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Mixing Benzos and Opioids

Medically Reviewed by Jennifer Casarella, MD on April 21, 2022

Opioids are powerful painkillers. Benzodiazepines (benzos) are strong sedatives that are prescribed for anxiety or sleep problems. Each of these medicines has side effects. Both drugs can be addictive and lead to dependence and an overdose.

Nearly 1 in 3 people who use benzos also take opioids. Mixing them heightens your chances for side effects or overdosing. That’s why both drugs carry a "black box" warning about the dangers of using them together.

There are other, safer ways to manage your combination of symptoms. Let your doctor know if you’re taking benzos and opioids.

What Are Benzos and Opioids?

Benzos are a type of sedative. Doctors prescribe them to treat anxiety, muscle spasms, sleep problems, and seizures. These medicines work by increasing the level of GABA (gamma aminobutyric acid), a chemical that calms your brain.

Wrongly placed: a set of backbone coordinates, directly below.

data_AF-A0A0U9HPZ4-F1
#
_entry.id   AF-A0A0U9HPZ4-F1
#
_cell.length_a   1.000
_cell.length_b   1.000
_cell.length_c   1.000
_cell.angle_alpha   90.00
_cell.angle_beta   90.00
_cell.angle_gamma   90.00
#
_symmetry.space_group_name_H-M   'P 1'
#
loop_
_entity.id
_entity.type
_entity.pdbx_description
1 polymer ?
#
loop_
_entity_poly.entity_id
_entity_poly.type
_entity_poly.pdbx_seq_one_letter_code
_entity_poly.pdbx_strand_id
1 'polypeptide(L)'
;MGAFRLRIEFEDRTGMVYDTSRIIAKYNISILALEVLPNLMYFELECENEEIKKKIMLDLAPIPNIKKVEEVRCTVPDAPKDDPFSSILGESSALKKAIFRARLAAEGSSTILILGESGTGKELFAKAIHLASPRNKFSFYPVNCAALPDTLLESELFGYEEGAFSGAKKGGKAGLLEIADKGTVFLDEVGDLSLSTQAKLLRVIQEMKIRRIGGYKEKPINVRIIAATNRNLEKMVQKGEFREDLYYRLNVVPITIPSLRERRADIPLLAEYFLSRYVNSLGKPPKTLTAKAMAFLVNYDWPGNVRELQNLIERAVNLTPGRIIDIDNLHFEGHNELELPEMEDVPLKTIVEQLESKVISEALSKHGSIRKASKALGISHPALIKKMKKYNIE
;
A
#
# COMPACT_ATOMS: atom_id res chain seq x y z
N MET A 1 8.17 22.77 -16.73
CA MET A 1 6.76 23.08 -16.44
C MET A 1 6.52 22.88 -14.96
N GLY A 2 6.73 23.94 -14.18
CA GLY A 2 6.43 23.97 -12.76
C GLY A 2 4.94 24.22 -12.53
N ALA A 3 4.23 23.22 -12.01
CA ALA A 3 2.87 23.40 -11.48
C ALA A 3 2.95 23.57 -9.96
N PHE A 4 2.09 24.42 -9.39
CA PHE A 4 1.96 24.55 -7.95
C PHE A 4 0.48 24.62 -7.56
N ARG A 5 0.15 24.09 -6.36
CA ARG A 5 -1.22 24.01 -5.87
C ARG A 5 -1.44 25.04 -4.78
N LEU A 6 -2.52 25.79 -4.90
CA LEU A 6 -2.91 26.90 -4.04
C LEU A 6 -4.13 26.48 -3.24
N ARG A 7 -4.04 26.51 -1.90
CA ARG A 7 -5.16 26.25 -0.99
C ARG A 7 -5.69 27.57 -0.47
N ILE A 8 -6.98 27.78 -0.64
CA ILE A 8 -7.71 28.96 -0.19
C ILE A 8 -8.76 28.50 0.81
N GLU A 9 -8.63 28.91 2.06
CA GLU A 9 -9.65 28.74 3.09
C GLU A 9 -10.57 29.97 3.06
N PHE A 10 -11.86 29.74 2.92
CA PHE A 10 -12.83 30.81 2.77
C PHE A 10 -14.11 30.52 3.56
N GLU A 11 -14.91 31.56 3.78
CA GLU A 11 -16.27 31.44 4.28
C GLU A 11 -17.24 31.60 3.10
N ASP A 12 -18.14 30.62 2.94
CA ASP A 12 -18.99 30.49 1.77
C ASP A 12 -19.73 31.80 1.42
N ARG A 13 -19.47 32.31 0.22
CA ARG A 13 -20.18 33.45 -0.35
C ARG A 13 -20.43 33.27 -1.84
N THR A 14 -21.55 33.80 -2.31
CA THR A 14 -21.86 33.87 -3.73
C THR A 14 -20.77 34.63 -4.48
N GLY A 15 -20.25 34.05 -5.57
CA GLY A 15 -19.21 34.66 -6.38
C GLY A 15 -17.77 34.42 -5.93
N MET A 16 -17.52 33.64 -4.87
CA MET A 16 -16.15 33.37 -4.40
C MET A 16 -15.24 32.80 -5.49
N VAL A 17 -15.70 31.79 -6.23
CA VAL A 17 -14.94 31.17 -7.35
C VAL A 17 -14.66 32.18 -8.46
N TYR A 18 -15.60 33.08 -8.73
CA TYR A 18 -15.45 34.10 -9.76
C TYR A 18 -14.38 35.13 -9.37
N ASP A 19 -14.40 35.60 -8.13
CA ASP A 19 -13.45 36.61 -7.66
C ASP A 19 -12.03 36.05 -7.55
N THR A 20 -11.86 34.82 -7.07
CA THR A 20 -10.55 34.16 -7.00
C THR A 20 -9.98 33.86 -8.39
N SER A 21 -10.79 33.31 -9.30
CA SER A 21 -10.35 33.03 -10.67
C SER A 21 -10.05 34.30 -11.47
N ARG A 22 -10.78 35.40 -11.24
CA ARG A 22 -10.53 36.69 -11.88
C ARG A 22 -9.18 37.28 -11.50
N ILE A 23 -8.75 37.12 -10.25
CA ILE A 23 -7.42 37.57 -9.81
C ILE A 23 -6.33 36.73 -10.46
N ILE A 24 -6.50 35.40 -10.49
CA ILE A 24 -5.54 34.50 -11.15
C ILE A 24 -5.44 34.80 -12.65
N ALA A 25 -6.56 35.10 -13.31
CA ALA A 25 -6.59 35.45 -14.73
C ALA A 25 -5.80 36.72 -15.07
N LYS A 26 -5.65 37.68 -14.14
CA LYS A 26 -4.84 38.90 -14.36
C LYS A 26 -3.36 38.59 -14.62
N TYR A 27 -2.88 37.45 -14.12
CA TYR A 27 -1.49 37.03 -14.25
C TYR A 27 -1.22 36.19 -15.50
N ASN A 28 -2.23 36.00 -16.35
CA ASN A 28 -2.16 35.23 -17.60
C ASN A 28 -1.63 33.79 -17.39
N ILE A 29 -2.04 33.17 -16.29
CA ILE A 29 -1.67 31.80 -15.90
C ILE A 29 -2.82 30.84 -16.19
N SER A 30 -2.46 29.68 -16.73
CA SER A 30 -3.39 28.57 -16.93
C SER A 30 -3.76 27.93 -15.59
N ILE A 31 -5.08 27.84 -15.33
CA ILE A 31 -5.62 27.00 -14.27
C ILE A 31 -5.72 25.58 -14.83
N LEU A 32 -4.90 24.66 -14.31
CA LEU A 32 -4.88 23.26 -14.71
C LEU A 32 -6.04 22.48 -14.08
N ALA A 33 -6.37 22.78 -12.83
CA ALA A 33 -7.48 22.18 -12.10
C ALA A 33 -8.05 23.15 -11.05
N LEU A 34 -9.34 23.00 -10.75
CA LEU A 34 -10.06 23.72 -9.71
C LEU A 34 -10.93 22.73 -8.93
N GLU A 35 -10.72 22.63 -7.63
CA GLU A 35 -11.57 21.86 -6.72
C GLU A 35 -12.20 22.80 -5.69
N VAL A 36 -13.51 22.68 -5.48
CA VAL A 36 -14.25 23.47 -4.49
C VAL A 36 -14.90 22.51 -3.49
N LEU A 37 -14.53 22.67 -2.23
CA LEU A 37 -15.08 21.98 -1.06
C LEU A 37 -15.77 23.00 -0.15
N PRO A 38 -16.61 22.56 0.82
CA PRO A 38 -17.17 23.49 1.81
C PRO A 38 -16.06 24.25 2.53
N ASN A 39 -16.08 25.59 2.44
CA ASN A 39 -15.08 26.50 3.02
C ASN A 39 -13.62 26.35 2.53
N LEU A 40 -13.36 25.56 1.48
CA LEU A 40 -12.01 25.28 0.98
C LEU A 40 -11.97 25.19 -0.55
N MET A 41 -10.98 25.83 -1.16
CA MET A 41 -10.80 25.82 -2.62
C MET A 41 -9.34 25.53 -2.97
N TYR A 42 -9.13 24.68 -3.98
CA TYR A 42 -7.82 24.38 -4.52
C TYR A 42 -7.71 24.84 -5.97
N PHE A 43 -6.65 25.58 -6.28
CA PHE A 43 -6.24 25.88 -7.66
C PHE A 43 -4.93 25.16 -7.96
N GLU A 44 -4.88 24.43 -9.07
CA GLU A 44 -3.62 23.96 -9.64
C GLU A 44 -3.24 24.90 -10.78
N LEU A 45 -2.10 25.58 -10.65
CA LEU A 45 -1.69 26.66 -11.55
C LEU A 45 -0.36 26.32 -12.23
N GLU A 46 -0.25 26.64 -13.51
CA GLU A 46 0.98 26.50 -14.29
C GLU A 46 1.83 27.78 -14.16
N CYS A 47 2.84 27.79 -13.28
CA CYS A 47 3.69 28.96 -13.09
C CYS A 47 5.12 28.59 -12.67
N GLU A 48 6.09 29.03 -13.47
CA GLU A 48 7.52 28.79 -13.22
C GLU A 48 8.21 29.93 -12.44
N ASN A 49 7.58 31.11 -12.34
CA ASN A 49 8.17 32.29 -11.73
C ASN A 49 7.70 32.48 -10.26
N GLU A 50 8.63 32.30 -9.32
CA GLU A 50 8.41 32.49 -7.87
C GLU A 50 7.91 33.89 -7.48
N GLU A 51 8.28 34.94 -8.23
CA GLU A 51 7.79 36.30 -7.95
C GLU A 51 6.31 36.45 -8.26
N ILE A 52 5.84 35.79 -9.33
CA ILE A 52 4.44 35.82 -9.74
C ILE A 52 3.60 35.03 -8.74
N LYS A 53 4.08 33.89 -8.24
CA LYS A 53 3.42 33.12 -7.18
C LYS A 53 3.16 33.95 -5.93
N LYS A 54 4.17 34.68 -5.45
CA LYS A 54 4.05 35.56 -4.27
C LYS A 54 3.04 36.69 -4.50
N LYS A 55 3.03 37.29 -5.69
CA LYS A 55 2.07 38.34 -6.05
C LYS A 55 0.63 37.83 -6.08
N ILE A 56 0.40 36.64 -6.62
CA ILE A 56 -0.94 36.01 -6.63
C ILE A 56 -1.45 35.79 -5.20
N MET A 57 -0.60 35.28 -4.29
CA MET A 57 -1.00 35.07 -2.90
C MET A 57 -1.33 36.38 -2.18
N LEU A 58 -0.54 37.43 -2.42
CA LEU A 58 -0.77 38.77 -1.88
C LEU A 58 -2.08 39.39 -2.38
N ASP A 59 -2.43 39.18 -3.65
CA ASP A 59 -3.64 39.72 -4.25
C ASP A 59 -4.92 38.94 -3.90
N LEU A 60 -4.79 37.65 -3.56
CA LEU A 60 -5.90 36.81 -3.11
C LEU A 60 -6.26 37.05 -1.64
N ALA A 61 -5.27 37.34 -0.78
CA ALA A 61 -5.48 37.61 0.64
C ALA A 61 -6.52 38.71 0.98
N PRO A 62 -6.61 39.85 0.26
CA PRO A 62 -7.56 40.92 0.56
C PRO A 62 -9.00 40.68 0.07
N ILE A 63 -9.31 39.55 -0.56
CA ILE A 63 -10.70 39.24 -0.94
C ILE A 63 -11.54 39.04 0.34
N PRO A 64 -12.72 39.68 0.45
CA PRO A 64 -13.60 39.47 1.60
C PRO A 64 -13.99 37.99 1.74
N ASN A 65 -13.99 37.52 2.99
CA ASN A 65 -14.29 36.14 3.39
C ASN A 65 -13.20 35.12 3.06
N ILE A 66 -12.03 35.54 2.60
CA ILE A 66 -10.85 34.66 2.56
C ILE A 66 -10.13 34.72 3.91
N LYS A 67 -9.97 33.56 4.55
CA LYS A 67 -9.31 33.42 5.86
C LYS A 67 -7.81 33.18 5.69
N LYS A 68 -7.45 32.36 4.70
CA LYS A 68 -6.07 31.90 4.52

Some common benzos are:

Opioids are strong pain relievers that are derived from the poppy plant. Opioids are also synthetically manufactured. They work by blocking pain signals between your brain and body. Oxycodone is the type of opioid found in the prescription drugs Percocet and OxyContin.

Why Do People Mix Benzos and Opioids?

Doctors write millions of prescriptions for each of these drugs every year. Although the CDC recommends that doctors avoid prescribing opioids and benzos at the same time, one report found that one-third of doctor visits that included a benzo prescription also included an opioid prescription.

Sometimes, people get both drugs when two different doctors prescribe them. Your primary care doctor might prescribe benzos to help you sleep, while your rheumatologist prescribes opioids to manage arthritis pain. Research finds that the risk for overdose increases when more than one doctor prescribes these drugs.